MESSAGE OF THE DIRECTOR

Located in the heart of Paris at the Centre Universitaire des Sts. Pères of the University Paris Descartes, the INCC breaks barriers between disciplines and thus creates new research topics and new approaches to address the complex functional and neurophysiological aspects of behavior and brain functions.

“The neurosciences” developed along two different traditions, each with its own origin in the scientific endeavors of the 19th century and earlier. The “brain tradition” was interested in the morphology and physiology of the central nervous system. Golgi method, single and multiple cell recordings, electron microscopy, calcium imaging, 2-photon microscopy and other imaging methods progressively allowed these researchers to understand the macro- and micro-structure of the brain, as well as how the elements of the brain communicate. On the other hand, the “mind tradition” sought to understand the functions that the brain generates. Psychophysical testing, cognitive assessments, and reaction time methods allowed these researchers to understand the functional principles of human perception, cognition, and behavior.

However, fueled by the emergence of new methods like optogenetics or DREADD technology (Designer Receptors Exclusively Activated by Designer Drugs (DREADD)), the “brain tradition” is currently undergoing a surge of interest in the perceptual, cognitive, and behavioral functions that brain activity generates. Likewise, driven by new methods like fMRI (functional magnetic resonance imaging), TMS (transcranial magnetic stimulation), MEG (Magnetoencephalography), and others, the “mind tradition” is increasingly studying the brain activity that perceptual, cognitive, and behavioral functions are based on.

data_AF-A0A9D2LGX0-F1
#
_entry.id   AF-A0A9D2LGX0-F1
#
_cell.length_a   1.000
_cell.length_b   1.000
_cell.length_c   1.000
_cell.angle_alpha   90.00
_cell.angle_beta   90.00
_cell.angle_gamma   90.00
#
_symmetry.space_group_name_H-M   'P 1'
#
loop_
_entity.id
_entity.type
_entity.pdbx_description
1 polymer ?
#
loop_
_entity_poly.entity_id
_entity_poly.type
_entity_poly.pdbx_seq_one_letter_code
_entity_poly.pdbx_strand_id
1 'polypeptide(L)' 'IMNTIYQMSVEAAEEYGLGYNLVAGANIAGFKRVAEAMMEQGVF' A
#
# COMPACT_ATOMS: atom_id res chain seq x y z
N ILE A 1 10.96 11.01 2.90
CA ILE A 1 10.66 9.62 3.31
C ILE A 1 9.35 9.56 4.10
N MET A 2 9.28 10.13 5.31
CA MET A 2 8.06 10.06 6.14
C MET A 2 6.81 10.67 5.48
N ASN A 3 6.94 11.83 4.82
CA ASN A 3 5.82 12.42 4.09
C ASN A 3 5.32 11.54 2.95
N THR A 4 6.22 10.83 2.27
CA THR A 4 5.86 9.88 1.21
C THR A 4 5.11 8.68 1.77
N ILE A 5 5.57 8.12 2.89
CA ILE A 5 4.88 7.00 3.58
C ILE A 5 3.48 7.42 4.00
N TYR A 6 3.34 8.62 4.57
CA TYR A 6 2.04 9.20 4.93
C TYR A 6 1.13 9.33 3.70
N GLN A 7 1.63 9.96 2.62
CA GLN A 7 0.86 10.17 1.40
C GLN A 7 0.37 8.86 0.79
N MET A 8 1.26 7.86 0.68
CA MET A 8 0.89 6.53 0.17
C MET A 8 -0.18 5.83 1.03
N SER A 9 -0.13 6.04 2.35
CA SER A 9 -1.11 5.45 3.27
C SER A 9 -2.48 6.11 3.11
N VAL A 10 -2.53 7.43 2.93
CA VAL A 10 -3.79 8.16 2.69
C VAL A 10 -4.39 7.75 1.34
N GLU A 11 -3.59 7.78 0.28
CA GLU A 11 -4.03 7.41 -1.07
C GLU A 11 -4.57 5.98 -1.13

The neurosciences are thus in the middle of a convergence of interests between the two traditions. We are today at a point where a greater understanding of the nervous system and complex human behavior and cognition can be acquired only by an integrated approach to neuroscience that abandons the separation between the mind and brain traditions. This approach is implemented by the Integrative Neuroscience and Cognition Center (INCC – UMR 8002, CNRS and University Paris Descartes).

INCC researchers come from disciplines as diverse as psychology, movement science, medical science, engineering, physics, neurophysiology and biology. INCC psychologists and movement scientists excel in the assessment and analysis of human perception, cognition, decision-making, attention, memory functions, learning, language production and comprehension, action control and more. INCC biologists do outstanding research in network, cellular, and molecular neuroscience that helps us to understand the neuronal and glial basis of integrative brain function as well as their molecular underpinnings. INCC physicists investigate the operating principles of brain and build state-of-the-art models of both behavioral and neurophysiological findings.

Florian Waszak

INCC MEMBERS